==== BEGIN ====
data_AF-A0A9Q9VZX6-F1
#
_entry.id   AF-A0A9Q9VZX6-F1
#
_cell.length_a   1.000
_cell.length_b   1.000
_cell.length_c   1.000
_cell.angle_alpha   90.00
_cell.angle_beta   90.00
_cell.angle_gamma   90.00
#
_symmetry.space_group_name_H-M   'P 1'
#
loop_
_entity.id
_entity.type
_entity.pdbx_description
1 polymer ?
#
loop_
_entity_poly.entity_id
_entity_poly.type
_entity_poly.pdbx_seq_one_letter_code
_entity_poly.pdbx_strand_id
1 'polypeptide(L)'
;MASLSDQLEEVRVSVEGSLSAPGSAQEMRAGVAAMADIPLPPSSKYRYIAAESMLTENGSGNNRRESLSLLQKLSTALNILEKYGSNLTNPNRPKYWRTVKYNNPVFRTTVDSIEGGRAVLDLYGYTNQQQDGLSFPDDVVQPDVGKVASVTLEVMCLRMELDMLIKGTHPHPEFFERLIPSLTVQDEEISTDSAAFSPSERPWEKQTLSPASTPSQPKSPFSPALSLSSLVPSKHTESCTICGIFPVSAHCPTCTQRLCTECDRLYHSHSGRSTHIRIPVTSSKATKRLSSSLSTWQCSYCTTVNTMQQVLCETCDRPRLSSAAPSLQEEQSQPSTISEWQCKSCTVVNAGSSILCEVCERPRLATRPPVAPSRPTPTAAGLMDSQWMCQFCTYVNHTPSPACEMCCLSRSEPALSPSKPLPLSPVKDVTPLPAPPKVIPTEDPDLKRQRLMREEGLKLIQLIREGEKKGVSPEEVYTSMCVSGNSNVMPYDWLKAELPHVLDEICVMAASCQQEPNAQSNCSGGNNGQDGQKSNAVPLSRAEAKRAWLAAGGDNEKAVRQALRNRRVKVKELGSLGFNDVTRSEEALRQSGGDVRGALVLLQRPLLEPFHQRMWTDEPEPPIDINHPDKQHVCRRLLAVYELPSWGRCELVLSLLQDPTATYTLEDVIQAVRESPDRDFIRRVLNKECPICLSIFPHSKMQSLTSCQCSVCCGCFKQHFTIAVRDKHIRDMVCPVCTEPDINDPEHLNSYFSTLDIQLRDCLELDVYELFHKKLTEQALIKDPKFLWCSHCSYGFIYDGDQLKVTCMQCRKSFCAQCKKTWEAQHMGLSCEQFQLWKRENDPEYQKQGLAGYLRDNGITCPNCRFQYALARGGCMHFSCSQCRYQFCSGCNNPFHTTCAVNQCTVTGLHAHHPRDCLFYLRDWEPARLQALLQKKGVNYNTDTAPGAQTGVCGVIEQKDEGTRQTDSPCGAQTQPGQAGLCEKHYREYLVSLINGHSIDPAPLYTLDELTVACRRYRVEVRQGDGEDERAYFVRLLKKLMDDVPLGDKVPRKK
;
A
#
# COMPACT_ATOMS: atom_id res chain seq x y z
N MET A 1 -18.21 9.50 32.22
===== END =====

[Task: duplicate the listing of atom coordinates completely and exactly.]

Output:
data_AF-A0A9Q9VZX6-F1
#
_entry.id   AF-A0A9Q9VZX6-F1
#
_cell.length_a   1.000
_cell.length_b   1.000
_cell.length_c   1.000
_cell.angle_alpha   90.00
_cell.angle_beta   90.00
_cell.angle_gamma   90.00
#
_symmetry.space_group_name_H-M   'P 1'
#
loop_
_entity.id
_entity.type
_entity.pdbx_description
1 polymer ?
#
loop_
_entity_poly.entity_id
_entity_poly.type
_entity_poly.pdbx_seq_one_letter_code
_entity_poly.pdbx_strand_id
1 'polypeptide(L)'
;MASLSDQLEEVRVSVEGSLSAPGSAQEMRAGVAAMADIPLPPSSKYRYIAAESMLTENGSGNNRRESLSLLQKLSTALNILEKYGSNLTNPNRPKYWRTVKYNNPVFRTTVDSIEGGRAVLDLYGYTNQQQDGLSFPDDVVQPDVGKVASVTLEVMCLRMELDMLIKGTHPHPEFFERLIPSLTVQDEEISTDSAAFSPSERPWEKQTLSPASTPSQPKSPFSPALSLSSLVPSKHTESCTICGIFPVSAHCPTCTQRLCTECDRLYHSHSGRSTHIRIPVTSSKATKRLSSSLSTWQCSYCTTVNTMQQVLCETCDRPRLSSAAPSLQEEQSQPSTISEWQCKSCTVVNAGSSILCEVCERPRLATRPPVAPSRPTPTAAGLMDSQWMCQFCTYVNHTPSPACEMCCLSRSEPALSPSKPLPLSPVKDVTPLPAPPKVIPTEDPDLKRQRLMREEGLKLIQLIREGEKKGVSPEEVYTSMCVSGNSNVMPYDWLKAELPHVLDEICVMAASCQQEPNAQSNCSGGNNGQDGQKSNAVPLSRAEAKRAWLAAGGDNEKAVRQALRNRRVKVKELGSLGFNDVTRSEEALRQSGGDVRGALVLLQRPLLEPFHQRMWTDEPEPPIDINHPDKQHVCRRLLAVYELPSWGRCELVLSLLQDPTATYTLEDVIQAVRESPDRDFIRRVLNKECPICLSIFPHSKMQSLTSCQCSVCCGCFKQHFTIAVRDKHIRDMVCPVCTEPDINDPEHLNSYFSTLDIQLRDCLELDVYELFHKKLTEQALIKDPKFLWCSHCSYGFIYDGDQLKVTCMQCRKSFCAQCKKTWEAQHMGLSCEQFQLWKRENDPEYQKQGLAGYLRDNGITCPNCRFQYALARGGCMHFSCSQCRYQFCSGCNNPFHTTCAVNQCTVTGLHAHHPRDCLFYLRDWEPARLQALLQKKGVNYNTDTAPGAQTGVCGVIEQKDEGTRQTDSPCGAQTQPGQAGLCEKHYREYLVSLINGHSIDPAPLYTLDELTVACRRYRVEVRQGDGEDERAYFVRLLKKLMDDVPLGDKVPRKK
;
A
#
# COMPACT_ATOMS: atom_id res chain seq x y z
N MET A 1 -18.21 9.50 32.22